I'm a beginner with planes. I have a number of them, accumulated over time, but very little experience on large items until this project. I'm using a LV 5 1/4 bench plane for the workbench top, as it is the most suitable of my collection (which also includes the LA block plane, the small shoulder plane, and a rabbet plane, all from LV). Someone mentioned on another thread that you need a bench to build a bench. That seems true - the plastic HD saw horses don't provide a great support for planing.

    Since the closing of the woodshop, I have found that I far prefer making dovetails by hand to messing with the router jig for same.
    I think Jim koepke made a post one time about homemade wood saw horses. I made those for my bench build and they are rock solid. Another nice thing was I made them a height that was good for me.

    When I did my bench I started out with old sheet metal horses. During the actions of planing the top, one of the legs bent and rendered them useless.

  11. #116
    Join Date
    Dec 2019
    Location
    The old pueblo in el norte.
    Posts
    794
    If you google 'saw bench', there are a ton of articles and plans out there. Well worth building at least a pair.
    ~mike

    scope creep

  12. Yes. It's a 55+ community in southern Ca. The amenities include a large wood shop, lapidary shop, and pottery shop, among other things. The wood shop has two large rooms. One has a table saw, a couple band saws, router table, planer, jointer, drum sander, several other belt and rotary sanders, a drill press, and lots of hand power tools, plus a dust collection system and compressed air. The other room has several lathes, scroll saw, grinding wheels and belts, and is generally used as the finishing room, when no one is making curls. The shop is open to residents once they show some competence. I have never used a lathe, so I can't use it until and unless I get someone else to train me. I have built several things there, most recently a cherry dinette table for my RV. My next project was to be a large built-in cabinet (7' x 3' x 2') for said RV, with internal lifts for a TV and other items. Now, I'll be making it at home, if I ever get this bench finished.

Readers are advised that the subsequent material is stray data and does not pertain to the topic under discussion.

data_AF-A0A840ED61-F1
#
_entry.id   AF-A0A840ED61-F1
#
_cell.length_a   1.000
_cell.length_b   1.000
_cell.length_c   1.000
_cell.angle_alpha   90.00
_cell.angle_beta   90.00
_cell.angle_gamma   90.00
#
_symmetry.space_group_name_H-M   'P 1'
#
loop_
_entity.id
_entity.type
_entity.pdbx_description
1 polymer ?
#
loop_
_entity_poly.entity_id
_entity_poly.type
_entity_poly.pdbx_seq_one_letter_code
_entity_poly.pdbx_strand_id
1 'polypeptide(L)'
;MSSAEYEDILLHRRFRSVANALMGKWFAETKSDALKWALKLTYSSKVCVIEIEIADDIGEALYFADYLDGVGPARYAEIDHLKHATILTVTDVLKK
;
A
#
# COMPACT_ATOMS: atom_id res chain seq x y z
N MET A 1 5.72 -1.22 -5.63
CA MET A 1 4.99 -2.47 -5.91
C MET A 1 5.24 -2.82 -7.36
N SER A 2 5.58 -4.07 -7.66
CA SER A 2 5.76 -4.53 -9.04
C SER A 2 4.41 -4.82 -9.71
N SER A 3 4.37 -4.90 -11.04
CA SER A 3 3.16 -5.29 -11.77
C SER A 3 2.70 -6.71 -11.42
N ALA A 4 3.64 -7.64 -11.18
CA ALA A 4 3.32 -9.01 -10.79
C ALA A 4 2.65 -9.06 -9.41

At first the biggest thing I missed from the shop was the table saw. Cutting long straight edges by hand is not easy. Then I bought a track saw and solved that. I'm trying to build up a collection of tools that are effective and occupy little space, as DW and I intend to live in the RV starting next spring or so.

  13. #118
    Join Date
    Mar 2015
    Location
    SE Michigan
    Posts
    2,666
    Stu, thatís a beautiful restoration. Very well done. And yes, it counts!

  14. #119
    Join Date
    Feb 2011
    Location
    Carlsbad, CA
    Posts
    1,749
    Great thread Phil thanks for starting it. Super fun to see all the projects folks have going! Lots of inspiration in their for slackers like me who were doing more time watching the building.

    Cheers, Mike

  15. #120
    Join Date
    Feb 2020
    Location
    Santa Barbara, CA
    Posts
    76
    Four more mortises to chop, then all the drawer runners and kickers will be done. After that I think I’ll be ready to glue up the carcass. I’ve bounced back and forth between calling this a table or a bench. Since I don’t intend to do much work on it, I think I’ll call it a table.

    you’ll notice I have a nice cross-grain insert in the rail. It will be a good reminder to mark which side of the line I’m supposed to cut on. Since I’m going to paint this with milk paint, I don’t think it will show when I’m done.

    Doing the runners and kickers is fun. Since they are internal pieces that will never be seen they are a low-stakes way to practice cutting right to the line. If I’m doing a mortise and tenon that I want to come out nice I always saw a little off the line of my shoulder, then pare the last bit with a chisel to guarantee a crisp line. I’m feeling a lot more confident sawing right to the line, but I’m not sure whether I’ll start doing that for fancier things yet. They were also a good excuse to go through my scrap pile and use up some little pieces.

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    Attached Images Attached Images